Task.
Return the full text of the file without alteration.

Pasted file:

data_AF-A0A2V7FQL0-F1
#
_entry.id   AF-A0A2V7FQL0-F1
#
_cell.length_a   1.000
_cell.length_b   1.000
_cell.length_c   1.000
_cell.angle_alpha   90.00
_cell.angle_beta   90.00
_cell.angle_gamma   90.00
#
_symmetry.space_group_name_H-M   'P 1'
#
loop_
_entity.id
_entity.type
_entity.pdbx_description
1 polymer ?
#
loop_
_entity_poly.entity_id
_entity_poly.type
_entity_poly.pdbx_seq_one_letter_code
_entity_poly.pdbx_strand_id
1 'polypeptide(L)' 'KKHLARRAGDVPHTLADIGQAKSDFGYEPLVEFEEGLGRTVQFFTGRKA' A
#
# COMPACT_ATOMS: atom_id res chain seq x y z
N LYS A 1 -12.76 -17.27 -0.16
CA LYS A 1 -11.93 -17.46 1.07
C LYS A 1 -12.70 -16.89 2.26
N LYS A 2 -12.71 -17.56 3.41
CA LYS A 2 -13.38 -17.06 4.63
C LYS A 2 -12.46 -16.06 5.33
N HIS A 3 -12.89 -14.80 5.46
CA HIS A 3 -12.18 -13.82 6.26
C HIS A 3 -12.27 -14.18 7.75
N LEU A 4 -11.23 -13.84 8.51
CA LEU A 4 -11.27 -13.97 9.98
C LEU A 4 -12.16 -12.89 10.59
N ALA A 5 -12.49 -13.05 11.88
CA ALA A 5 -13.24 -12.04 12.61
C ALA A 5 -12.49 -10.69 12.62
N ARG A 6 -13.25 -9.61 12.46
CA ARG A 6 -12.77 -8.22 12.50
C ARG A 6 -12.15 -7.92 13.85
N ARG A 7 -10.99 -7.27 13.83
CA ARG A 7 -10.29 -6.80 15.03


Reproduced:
data_AF-A0A2V7FQL0-F1
#
_entry.id   AF-A0A2V7FQL0-F1
#
_cell.length_a   1.000
_cell.length_b   1.000
_cell.length_c   1.000
_cell.angle_alpha   90.00
_cell.angle_beta   90.00
_cell.angle_gamma   90.00
#
_symmetry.space_group_name_H-M   'P 1'
#
loop_
_entity.id
_entity.type
_entity.pdbx_description
1 polymer ?
#
loop_
_entity_poly.entity_id
_entity_poly.type
_entity_poly.pdbx_seq_one_letter_code
_entity_poly.pdbx_strand_id
1 'polypeptide(L)' 'KKHLARRAGDVPHTLADIGQAKSDFGYEPLVEFEEGLGRTVQFFTGRKA' A
#
# COMPACT_ATOMS: atom_id res chain seq x y z
N LYS A 1 -12.76 -17.27 -0.16
CA LYS A 1 -11.93 -17.46 1.07
C LYS A 1 -12.70 -16.89 2.26
N LYS A 2 -12.71 -17.56 3.41
CA LYS A 2 -13.38 -17.06 4.63
C LYS A 2 -12.46 -16.06 5.33
N HIS A 3 -12.89 -14.80 5.46
CA HIS A 3 -12.18 -13.82 6.26
C HIS A 3 -12.27 -14.18 7.75
N LEU A 4 -11.23 -13.84 8.51
CA LEU A 4 -11.27 -13.97 9.98
C LEU A 4 -12.16 -12.89 10.59
N ALA A 5 -12.49 -13.05 11.88
CA ALA A 5 -13.24 -12.04 12.61
C ALA A 5 -12.49 -10.69 12.62
N ARG A 6 -13.25 -9.61 12.46
CA ARG A 6 -12.77 -8.22 12.50
C ARG A 6 -12.15 -7.92 13.85
N ARG A 7 -10.99 -7.27 13.83
CA ARG A 7 -10.29 -6.80 15.03